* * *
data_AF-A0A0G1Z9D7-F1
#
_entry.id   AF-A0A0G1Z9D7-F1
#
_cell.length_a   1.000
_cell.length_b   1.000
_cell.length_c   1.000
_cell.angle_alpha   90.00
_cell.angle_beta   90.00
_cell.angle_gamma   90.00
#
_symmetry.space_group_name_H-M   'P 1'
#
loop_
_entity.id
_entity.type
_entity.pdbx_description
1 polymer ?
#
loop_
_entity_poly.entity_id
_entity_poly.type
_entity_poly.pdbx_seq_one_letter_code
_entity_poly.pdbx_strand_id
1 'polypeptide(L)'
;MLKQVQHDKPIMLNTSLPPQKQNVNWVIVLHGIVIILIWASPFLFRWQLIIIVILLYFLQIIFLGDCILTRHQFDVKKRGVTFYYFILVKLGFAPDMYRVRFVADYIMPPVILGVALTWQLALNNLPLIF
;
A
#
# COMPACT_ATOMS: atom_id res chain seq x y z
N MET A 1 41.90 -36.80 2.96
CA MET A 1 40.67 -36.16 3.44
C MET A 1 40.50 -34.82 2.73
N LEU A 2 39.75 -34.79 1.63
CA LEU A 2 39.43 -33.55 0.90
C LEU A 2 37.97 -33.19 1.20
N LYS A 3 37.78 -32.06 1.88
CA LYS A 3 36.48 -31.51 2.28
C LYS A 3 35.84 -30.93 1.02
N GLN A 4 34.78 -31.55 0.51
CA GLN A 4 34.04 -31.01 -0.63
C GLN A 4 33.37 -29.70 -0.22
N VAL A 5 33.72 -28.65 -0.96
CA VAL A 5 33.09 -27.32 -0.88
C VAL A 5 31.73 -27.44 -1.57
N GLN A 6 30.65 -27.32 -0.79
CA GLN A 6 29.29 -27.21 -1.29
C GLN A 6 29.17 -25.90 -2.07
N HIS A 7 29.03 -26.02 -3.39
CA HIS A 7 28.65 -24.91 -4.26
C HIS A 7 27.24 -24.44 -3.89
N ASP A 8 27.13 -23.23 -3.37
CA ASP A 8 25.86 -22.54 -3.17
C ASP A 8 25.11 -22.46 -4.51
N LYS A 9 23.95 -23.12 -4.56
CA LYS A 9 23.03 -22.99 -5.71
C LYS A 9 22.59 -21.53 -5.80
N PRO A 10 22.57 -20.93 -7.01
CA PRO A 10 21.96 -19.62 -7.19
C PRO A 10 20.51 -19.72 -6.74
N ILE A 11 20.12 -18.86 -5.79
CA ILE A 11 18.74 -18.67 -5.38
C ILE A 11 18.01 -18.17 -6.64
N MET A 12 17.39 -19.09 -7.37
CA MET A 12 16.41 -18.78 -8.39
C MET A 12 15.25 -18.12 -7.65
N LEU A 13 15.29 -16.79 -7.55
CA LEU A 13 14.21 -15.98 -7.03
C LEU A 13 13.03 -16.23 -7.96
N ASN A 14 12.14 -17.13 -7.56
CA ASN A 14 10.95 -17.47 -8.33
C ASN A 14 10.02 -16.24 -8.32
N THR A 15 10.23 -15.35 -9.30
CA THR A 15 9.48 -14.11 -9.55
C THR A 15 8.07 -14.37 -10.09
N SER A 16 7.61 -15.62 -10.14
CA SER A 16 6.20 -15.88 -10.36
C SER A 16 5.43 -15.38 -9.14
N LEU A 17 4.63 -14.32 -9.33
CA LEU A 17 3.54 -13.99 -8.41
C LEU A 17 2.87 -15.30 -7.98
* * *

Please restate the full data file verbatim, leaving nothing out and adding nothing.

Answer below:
data_AF-A0A0G1Z9D7-F1
#
_entry.id   AF-A0A0G1Z9D7-F1
#
_cell.length_a   1.000
_cell.length_b   1.000
_cell.length_c   1.000
_cell.angle_alpha   90.00
_cell.angle_beta   90.00
_cell.angle_gamma   90.00
#
_symmetry.space_group_name_H-M   'P 1'
#
loop_
_entity.id
_entity.type
_entity.pdbx_description
1 polymer ?
#
loop_
_entity_poly.entity_id
_entity_poly.type
_entity_poly.pdbx_seq_one_letter_code
_entity_poly.pdbx_strand_id
1 'polypeptide(L)'
;MLKQVQHDKPIMLNTSLPPQKQNVNWVIVLHGIVIILIWASPFLFRWQLIIIVILLYFLQIIFLGDCILTRHQFDVKKRGVTFYYFILVKLGFAPDMYRVRFVADYIMPPVILGVALTWQLALNNLPLIF
;
A
#
# COMPACT_ATOMS: atom_id res chain seq x y z
N MET A 1 41.90 -36.80 2.96
CA MET A 1 40.67 -36.16 3.44
C MET A 1 40.50 -34.82 2.73
N LEU A 2 39.75 -34.79 1.63
CA LEU A 2 39.43 -33.55 0.90
C LEU A 2 37.97 -33.19 1.20
N LYS A 3 37.78 -32.06 1.88
CA LYS A 3 36.48 -31.51 2.28
C LYS A 3 35.84 -30.93 1.02
N GLN A 4 34.78 -31.55 0.51
CA GLN A 4 34.04 -31.01 -0.63
C GLN A 4 33.37 -29.70 -0.22
N VAL A 5 33.72 -28.65 -0.96
CA VAL A 5 33.09 -27.32 -0.88
C VAL A 5 31.73 -27.44 -1.57
N GLN A 6 30.65 -27.32 -0.79
CA GLN A 6 29.29 -27.21 -1.29
C GLN A 6 29.17 -25.90 -2.07
N HIS A 7 29.03 -26.02 -3.39
CA HIS A 7 28.65 -24.91 -4.26
C HIS A 7 27.24 -24.44 -3.89
N ASP A 8 27.13 -23.23 -3.37
CA ASP A 8 25.86 -22.54 -3.17
C ASP A 8 25.11 -22.46 -4.51
N LYS A 9 23.95 -23.12 -4.56
CA LYS A 9 23.03 -22.99 -5.71
C LYS A 9 22.59 -21.53 -5.80
N PRO A 10 22.57 -20.93 -7.01
CA PRO A 10 21.96 -19.62 -7.19
C PRO A 10 20.51 -19.72 -6.74
N ILE A 11 20.12 -18.86 -5.79
CA ILE A 11 18.74 -18.67 -5.38
C ILE A 11 18.01 -18.17 -6.64
N MET A 12 17.39 -19.09 -7.37
CA MET A 12 16.41 -18.78 -8.39
C MET A 12 15.25 -18.12 -7.65
N LEU A 13 15.29 -16.79 -7.55
CA LEU A 13 14.21 -15.98 -7.03
C LEU A 13 13.03 -16.23 -7.96
N ASN A 14 12.14 -17.13 -7.56
CA ASN A 14 10.95 -17.47 -8.33
C ASN A 14 10.02 -16.24 -8.32
N THR A 15 10.23 -15.35 -9.30
CA THR A 15 9.48 -14.11 -9.55
C THR A 15 8.07 -14.37 -10.09
N SER A 16 7.61 -15.62 -10.14
CA SER A 16 6.20 -15.88 -10.36
C SER A 16 5.43 -15.38 -9.14
N LEU A 17 4.63 -14.32 -9.33
CA LEU A 17 3.54 -13.99 -8.41
C LEU A 17 2.87 -15.30 -7.98